Tag Archives: hospitalist

Hospitalists, Medical Education, and U.S. Health Care Costs

  Hospitalists are general internists whose full-time practice is to treat hospitalized patients. They are the fastest-growing medical specialty in the United States. They increased in number from 4000 in the year 2000 to 50,000 in 20161 and now are the largest subspecialty in internal medicine. By 2016, nearly all teaching hospitals and 75% of all […]

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Inpatient Housestaff Discontinuity of Care and Patient Adverse Events

  For more than a decade, the medical community has been concerned about continuity of care. Concern began when the Accreditation Council for Graduate Medical Education implemented national duty hour limitations in 2003. These rules became more restrictive in 2010. The current rules include an 80-hour-per-week limit, no more than 16 hours consecutively (for interns) or 28 […]

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Optimize Your Electronic Medical Record to Increase Value: Reducing Laboratory Overutilization

Eliminating electronic health record features that facilitate over-utilization is likely to be a safe and effective method of reducing hospital costs. Purpose The purpose of this study is to decrease overutilization of laboratory testing by eliminating a feature of the electronic ordering system that allowed providers to order laboratory tests to occur daily without review. […]

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Anthony Bourdain: From ‘Kitchen Confidential’ to Hospital Hallways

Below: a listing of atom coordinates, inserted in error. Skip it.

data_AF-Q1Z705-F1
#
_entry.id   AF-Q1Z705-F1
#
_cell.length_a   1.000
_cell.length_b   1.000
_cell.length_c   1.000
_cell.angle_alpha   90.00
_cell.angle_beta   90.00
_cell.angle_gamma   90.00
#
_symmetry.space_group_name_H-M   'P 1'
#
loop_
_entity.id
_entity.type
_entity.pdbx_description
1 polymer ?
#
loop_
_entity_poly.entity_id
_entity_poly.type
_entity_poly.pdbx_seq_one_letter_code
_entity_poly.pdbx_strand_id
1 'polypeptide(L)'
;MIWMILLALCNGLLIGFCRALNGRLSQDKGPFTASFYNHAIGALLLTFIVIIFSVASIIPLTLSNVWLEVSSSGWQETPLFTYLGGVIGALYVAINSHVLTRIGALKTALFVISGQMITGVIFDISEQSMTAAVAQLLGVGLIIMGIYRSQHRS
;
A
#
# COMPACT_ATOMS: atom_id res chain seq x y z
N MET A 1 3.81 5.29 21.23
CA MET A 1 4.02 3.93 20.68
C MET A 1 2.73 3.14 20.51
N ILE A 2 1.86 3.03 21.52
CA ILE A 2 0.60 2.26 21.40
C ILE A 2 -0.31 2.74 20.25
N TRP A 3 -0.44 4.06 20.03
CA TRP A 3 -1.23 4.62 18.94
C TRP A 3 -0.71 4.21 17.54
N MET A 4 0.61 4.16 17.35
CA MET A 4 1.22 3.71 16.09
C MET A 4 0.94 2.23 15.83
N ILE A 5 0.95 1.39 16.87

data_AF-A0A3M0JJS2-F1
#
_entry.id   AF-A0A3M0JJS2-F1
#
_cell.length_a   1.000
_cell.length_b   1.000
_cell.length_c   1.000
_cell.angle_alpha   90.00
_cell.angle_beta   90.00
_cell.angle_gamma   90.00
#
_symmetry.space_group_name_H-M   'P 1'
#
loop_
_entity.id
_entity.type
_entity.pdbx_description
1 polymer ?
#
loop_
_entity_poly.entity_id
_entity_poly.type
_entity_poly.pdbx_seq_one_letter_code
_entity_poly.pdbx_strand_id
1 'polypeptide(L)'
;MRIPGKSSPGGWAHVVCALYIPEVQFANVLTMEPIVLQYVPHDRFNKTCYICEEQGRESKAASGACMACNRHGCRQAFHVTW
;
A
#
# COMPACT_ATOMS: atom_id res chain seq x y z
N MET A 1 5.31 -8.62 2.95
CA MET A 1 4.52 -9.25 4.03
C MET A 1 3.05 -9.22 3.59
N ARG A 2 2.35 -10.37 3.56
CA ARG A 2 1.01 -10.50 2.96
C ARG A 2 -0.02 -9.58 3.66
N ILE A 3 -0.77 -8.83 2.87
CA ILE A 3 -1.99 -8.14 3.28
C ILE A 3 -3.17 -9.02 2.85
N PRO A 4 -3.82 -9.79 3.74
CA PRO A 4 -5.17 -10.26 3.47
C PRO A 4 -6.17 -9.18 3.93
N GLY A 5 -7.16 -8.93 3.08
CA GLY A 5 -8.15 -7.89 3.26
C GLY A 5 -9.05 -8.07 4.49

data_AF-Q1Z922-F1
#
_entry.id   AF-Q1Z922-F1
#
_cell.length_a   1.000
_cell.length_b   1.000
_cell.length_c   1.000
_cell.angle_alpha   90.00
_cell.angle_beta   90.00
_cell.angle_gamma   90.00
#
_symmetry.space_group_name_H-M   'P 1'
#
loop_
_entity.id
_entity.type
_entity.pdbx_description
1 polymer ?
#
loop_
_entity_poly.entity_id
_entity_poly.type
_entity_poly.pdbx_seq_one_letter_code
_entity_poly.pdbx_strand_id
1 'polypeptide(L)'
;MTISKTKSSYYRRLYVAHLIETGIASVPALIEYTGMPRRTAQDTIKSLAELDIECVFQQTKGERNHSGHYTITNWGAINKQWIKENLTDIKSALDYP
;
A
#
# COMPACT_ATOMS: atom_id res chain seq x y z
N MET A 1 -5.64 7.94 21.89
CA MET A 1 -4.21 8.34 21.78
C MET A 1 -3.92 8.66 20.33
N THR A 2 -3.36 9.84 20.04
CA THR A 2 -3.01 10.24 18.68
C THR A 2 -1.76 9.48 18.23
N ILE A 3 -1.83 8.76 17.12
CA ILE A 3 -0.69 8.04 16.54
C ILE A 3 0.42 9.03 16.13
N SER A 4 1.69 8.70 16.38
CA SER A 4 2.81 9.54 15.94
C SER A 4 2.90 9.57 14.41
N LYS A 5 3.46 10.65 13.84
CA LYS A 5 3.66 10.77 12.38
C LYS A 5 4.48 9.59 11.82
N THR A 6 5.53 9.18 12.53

Good Advice from Anthony Bourdain My wife and I are big fans of chef Anthony Bourdain. In his bestselling book, Kitchen Confidential,1 Bourdain lists some sage advice for anyone considering a career as a chef. On reading this list, I realized that many of his bon mots apply equally well to a life lived in medicine. Below […]

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Should a Hand-carried Ultrasound Machine Become Standard Equipment for Every Internist?

It has been many decades since any new piece of equipment found its way into the internist’s black bag. The stethoscope, neurologic hammer, otoscope, and ophthalmoscope have been there for approximately 200 years. Recently, however, there has been a flurry of investigative work involving a new diagnostic tool with considerable potential for everyday use in […]

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Hand-carried Ultrasound Performed by Hospitalists: Does It Improve the Cardiac Physical Examination?

Adding hand-carried ultrasound information to the physician’s physical examination increases the accuracy of hospitalists’ assessment of left ventricular dysfunction, cardiomegaly, and pericardial effusion, but fails to improve assessment of valvular heart disease. Abstract Objective The traditional physical examination of the heart is relatively inaccurate. There is little information regarding whether cardiac hand-carried ultrasound performed by […]

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